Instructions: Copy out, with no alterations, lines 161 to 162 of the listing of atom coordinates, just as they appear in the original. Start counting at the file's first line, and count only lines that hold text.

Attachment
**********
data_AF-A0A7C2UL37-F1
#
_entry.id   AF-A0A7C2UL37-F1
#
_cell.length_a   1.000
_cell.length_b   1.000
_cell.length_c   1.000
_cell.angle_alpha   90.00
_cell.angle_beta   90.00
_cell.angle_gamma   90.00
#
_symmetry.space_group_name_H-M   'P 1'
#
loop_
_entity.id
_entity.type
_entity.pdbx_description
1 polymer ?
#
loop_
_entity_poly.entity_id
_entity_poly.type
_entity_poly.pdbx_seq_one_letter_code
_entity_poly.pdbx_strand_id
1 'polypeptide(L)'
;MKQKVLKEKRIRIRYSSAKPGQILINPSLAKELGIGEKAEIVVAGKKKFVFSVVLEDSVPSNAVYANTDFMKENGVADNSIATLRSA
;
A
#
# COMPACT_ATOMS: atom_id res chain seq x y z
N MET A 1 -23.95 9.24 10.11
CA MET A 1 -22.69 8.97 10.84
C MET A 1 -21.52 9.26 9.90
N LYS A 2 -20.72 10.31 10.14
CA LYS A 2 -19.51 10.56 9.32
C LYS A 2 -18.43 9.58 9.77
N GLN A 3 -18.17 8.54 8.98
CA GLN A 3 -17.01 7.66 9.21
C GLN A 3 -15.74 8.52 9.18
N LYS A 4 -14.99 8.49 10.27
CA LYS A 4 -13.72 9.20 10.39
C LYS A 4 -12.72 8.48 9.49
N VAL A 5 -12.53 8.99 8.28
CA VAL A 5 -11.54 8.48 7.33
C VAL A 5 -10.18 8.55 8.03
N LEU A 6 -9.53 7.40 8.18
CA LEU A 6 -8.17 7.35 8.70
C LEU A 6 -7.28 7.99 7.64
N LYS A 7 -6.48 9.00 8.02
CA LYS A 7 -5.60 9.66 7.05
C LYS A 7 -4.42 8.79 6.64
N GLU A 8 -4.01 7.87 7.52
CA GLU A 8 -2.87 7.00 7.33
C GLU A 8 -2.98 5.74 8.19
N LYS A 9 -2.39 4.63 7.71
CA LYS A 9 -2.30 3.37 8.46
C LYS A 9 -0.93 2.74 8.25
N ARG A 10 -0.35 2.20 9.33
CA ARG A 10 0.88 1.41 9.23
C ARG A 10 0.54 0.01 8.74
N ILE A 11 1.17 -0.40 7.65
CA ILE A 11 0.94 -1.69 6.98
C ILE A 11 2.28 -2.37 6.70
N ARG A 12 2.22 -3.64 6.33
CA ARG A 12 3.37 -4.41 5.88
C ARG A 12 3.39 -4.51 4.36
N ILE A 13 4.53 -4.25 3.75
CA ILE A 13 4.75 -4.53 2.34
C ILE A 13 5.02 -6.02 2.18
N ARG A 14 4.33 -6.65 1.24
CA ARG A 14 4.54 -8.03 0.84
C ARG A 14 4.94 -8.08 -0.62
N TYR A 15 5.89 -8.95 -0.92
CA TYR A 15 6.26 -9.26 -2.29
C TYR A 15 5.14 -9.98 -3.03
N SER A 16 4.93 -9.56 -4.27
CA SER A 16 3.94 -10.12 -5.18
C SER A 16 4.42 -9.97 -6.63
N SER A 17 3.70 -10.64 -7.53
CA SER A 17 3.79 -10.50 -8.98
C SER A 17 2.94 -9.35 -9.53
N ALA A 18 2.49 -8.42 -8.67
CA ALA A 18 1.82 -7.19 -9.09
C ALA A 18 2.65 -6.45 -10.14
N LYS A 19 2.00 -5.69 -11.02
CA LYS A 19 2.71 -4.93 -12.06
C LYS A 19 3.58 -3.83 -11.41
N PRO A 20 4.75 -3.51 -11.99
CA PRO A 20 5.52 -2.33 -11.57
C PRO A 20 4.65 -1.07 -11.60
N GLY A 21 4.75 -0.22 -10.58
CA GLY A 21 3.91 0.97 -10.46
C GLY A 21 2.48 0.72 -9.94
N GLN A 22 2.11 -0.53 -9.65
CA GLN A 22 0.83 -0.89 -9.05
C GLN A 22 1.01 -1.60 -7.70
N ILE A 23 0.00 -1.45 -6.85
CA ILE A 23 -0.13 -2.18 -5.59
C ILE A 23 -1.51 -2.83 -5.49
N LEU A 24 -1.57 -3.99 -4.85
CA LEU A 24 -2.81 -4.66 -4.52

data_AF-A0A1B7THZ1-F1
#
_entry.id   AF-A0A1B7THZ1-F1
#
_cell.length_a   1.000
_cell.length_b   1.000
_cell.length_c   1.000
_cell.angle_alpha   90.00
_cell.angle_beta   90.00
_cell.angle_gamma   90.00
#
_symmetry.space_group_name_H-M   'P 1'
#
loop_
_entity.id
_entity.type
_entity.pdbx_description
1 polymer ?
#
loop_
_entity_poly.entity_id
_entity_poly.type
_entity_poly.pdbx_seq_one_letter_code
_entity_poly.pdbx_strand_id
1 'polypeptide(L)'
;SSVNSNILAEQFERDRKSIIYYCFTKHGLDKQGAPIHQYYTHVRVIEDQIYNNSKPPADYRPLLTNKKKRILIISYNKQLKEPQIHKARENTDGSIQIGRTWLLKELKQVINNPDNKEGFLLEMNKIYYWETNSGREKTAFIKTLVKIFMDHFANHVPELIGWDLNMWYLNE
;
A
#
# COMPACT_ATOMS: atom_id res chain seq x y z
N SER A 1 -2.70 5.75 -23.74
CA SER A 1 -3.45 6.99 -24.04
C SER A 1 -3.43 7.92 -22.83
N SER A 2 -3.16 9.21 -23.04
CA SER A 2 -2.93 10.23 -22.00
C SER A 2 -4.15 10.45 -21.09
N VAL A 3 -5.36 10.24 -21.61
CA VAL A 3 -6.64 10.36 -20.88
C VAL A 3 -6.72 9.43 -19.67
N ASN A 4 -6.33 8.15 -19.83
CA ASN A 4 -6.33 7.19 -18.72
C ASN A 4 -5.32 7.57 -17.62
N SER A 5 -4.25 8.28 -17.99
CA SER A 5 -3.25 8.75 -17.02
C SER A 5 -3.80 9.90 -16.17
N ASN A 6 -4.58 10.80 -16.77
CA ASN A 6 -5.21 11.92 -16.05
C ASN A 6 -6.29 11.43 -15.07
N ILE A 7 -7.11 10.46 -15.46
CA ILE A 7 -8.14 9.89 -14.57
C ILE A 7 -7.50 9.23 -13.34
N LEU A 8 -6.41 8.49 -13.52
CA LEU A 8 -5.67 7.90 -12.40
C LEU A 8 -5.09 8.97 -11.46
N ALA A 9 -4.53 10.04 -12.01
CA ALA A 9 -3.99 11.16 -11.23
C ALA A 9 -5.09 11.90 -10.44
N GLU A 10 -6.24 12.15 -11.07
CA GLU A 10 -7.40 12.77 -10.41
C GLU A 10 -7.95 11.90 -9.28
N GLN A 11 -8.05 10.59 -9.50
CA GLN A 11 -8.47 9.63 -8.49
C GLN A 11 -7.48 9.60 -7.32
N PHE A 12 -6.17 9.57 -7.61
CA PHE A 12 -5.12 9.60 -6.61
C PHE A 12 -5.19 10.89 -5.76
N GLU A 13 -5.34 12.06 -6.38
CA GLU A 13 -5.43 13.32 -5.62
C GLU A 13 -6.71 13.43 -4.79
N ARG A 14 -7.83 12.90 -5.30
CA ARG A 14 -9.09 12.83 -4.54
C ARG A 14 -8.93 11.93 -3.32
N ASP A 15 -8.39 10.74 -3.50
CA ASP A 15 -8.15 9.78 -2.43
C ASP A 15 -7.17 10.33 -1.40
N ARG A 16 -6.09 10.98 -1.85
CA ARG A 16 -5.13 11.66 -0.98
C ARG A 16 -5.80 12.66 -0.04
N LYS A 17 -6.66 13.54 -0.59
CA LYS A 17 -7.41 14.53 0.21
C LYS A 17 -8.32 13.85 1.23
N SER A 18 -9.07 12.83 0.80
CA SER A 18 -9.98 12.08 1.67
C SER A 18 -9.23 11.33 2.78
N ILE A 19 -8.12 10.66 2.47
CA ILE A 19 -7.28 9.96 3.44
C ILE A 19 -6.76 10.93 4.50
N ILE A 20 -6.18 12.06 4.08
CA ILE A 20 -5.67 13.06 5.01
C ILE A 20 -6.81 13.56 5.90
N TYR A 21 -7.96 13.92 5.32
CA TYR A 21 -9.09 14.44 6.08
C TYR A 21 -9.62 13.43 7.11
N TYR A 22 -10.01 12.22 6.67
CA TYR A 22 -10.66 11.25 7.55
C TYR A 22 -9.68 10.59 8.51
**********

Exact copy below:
C GLU A 10 -7.95 11.90 -9.28
N GLN A 11 -8.05 10.59 -9.50